Former Prime Minister Malcolm Turnbull is reportedly set to earn $100,000 on the international speaking circuit after signing with a US talent agency.
The axed prime minister has signed with the Greater Talent Network, (GTN) a New York agency that represents actors including Mark Ruffalo, Laura Linney, Grammy award-winner Paula Abdul, Pulitzer Prize-winning journalist Carl Bernstein and Golden State Warriors NBA president Bob Myers.
His profile – sandwiched between Seinfeld star Jason Alexander and TV personality Judge Faith Jenkins – explains Mr Turnbull “just left office” after serving three years as the 29th Prime Minister of Australia.
The speaking circuit can be a wonderful money-spinner for ex-politicians. The Los Angeles Times reported in 2016 that former US president Bill Clinton and wife Hillary netted “more than $US150 million ($208 million) from speaking alone after he left the White House”.
“Her [Hillary] husband’s collection of fees from corporations of as much as $US750,000 ($1.04 million) for a single speech is a source of relentless charges of conflict of interest from critics,” the Times reported.
Communications adviser Stephen Mayne told The New Daily the pursuit of paid political speeches was slightly controversial for a rich individual like Mr Turnbull, who lives in a Sydney “harbourside mansion”.
“But I think the argument goes, if you want to be an international statesman, you shouldn’t give yourself away for free,” Mr Mayne said.
“Every PM needs someone to handle their speeches, but the way to handle the optics is to donate the speaker fee to a worthwhile cause.” Mr Mayne said.
Mr Mayne said the speaking circuit wasn’t widely reported, but was a big industry for journalists and politicians.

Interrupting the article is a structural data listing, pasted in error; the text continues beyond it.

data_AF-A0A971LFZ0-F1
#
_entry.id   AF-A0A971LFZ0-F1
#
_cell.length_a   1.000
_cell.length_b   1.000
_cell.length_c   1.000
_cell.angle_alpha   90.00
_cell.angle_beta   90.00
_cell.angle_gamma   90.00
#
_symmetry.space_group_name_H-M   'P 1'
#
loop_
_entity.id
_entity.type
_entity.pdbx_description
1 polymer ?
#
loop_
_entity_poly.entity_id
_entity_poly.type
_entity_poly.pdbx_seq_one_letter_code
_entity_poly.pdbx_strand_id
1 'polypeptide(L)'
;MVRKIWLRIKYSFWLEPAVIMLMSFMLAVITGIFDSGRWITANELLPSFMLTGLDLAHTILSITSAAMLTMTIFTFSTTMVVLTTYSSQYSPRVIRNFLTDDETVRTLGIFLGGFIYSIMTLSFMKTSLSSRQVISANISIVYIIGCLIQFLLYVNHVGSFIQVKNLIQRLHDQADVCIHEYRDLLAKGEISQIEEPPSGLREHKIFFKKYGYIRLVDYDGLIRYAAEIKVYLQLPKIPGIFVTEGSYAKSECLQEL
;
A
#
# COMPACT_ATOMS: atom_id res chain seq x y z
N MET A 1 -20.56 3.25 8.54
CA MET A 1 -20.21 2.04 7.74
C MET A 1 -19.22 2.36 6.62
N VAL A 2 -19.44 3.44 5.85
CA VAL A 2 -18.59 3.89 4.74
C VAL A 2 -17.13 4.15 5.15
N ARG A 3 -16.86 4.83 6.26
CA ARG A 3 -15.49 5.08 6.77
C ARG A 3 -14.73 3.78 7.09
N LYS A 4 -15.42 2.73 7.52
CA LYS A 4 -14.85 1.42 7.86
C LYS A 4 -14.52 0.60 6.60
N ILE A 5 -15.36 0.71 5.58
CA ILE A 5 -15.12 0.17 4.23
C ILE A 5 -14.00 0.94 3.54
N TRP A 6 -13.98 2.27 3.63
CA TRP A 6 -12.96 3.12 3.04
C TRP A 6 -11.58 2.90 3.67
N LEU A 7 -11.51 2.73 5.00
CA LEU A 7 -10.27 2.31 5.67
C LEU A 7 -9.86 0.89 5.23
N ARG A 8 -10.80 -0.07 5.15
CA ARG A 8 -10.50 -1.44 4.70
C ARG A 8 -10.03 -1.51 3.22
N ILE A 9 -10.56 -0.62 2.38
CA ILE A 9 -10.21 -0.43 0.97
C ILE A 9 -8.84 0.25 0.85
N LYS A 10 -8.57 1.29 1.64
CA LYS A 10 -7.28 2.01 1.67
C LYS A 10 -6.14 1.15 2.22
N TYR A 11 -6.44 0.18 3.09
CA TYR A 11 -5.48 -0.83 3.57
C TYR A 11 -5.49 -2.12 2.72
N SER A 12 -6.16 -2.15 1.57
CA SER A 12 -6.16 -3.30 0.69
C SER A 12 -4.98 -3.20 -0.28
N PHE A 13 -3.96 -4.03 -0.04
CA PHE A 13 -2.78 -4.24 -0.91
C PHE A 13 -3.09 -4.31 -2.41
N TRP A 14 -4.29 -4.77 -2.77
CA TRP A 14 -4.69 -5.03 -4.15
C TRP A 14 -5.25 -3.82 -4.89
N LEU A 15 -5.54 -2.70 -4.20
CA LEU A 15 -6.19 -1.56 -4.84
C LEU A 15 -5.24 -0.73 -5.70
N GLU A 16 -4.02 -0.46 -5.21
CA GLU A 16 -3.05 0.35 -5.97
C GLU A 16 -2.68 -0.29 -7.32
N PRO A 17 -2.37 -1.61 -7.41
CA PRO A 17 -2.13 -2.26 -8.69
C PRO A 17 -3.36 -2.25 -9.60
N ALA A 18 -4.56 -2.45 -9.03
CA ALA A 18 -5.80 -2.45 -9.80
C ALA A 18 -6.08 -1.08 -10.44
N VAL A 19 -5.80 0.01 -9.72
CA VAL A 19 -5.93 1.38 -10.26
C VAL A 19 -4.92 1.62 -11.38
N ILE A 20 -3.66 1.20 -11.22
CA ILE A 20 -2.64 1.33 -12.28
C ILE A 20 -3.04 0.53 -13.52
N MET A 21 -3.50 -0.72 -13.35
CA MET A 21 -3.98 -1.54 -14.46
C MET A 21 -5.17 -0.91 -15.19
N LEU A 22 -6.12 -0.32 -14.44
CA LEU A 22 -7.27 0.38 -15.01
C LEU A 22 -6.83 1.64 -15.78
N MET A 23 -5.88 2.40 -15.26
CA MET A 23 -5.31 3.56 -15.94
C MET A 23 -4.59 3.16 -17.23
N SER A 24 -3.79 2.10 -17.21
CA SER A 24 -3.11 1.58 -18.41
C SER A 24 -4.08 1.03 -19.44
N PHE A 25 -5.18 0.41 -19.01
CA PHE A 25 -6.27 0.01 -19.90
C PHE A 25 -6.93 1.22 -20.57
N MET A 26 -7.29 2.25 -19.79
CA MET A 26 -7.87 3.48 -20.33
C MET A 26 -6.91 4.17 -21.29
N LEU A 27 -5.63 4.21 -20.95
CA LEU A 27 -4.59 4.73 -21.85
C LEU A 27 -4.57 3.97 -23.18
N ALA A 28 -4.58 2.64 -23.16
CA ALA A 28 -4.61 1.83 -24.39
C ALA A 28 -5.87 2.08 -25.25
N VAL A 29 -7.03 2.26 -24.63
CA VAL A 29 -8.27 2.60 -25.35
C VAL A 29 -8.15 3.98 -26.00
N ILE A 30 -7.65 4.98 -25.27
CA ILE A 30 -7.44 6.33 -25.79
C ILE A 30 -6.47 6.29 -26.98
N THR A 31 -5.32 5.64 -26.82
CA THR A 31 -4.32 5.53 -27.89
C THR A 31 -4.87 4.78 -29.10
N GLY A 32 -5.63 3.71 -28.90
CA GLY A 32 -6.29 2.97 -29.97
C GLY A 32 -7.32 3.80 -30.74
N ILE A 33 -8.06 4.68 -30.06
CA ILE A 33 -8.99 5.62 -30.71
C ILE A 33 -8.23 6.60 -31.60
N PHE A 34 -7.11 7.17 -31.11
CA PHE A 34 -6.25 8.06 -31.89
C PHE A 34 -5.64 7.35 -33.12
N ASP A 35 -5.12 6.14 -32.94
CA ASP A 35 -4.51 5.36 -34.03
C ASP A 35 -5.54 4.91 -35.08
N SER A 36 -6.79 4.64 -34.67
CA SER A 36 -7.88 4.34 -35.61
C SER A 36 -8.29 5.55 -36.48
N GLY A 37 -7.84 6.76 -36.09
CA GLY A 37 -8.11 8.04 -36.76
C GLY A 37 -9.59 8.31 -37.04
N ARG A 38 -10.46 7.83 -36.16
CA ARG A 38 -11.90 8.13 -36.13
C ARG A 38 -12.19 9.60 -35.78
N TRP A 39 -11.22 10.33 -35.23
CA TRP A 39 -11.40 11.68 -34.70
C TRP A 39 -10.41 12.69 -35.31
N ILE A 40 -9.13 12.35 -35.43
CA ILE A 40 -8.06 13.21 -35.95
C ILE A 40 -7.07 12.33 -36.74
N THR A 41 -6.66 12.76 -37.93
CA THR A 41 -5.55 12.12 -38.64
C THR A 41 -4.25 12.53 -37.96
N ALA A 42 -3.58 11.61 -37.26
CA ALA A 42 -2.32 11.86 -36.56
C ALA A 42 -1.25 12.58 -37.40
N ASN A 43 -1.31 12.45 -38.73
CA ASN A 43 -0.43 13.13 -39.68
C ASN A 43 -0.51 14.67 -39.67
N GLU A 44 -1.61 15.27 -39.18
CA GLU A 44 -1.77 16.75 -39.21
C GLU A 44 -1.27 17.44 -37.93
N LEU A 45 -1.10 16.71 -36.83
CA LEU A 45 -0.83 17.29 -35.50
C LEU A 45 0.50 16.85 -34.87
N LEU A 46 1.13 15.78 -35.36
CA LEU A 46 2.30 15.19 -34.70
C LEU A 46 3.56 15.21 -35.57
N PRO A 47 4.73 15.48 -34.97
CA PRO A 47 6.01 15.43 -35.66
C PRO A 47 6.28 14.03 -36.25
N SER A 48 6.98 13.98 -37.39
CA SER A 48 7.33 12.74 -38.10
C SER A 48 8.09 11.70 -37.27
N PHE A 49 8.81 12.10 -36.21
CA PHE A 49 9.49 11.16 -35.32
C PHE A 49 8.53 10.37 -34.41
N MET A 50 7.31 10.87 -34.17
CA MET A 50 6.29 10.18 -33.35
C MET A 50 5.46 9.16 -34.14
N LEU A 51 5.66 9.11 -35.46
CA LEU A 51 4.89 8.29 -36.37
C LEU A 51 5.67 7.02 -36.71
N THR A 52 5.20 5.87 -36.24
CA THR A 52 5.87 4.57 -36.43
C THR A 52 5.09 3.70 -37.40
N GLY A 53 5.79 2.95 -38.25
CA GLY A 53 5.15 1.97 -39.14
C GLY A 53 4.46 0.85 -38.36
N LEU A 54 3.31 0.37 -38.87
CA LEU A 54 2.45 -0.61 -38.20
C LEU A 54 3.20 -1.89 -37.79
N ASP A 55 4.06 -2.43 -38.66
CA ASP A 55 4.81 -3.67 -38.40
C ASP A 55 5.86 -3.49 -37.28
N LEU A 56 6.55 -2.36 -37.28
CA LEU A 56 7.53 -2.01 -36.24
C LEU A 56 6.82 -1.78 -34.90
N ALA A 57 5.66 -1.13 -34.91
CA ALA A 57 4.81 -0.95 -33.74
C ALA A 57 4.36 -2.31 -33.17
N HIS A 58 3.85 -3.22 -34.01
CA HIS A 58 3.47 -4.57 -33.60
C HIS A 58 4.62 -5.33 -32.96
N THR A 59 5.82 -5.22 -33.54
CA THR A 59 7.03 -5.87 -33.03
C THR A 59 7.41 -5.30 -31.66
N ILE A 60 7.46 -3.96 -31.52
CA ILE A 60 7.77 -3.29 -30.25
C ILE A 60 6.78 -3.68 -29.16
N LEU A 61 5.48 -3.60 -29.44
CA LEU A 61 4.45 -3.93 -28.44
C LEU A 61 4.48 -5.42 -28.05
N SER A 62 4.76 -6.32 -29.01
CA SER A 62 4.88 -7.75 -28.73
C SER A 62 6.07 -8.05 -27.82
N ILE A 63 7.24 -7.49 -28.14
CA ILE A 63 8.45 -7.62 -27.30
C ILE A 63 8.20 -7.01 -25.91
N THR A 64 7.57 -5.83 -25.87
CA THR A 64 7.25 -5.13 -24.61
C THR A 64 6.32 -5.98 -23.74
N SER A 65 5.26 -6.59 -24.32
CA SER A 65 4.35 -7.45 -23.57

“It’s far better to be on the talk circuit than become a lobbyist,” he said.
The US agency claims Mr Turnbull “possesses a unique and incredibly timely understanding of the current geopolitical moment” and has forged “lasting connections with leaders around the world”.
With a career spanning journalism, law, business and politics, Mr Turnbull is touted as a “New to GTN” speaker who created policies that “altered Australian society” and the world. GTN also noted his role in environmental conservation, energy crises, global trade, cyber security and the refugee crisis.
The career move post politics follows Mr Turnbull’s appearance on Australia’s behalf at a climate change summit in Bali, where he met President Joko Widodo last week.
Prime Minister Scott Morrison seemed to regret Mr Turnbull’s continued representation after the former prime minister remarked at the conference that he had “serious concerns” about the incoming PM’s decision to consider moving Australia’s embassy in Israel from Tel Aviv to Jerusalem.
Mr Morrison later expressed his disappointment to 2GB Radio about Mr Turnbull’s comments and echoed Peter Dutton’s comments that former prime ministers should not interfere in current political issues.
“I got the report back from his visit. The issue of trade and other things was not really part of his brief,” Mr Morrison told the radio station.
“I’m always going to act with respect to previous prime ministers, regardless of who they are. But I do think the exemplar about how to go about things post-politics is John Howard, and on the Labor Party side, it’s Julia Gillard,” he said.
Mr Howard and Ms Gillard are also among the ranks of former PMs to join the speaking circuit, listed among political speakers with Australian speakers bureau, Saxton.
Former PM Bob Hawke, former Greens leader Bob Brown and former treasurers Peter Costello and Wayne Swan are also on the agency’s bill.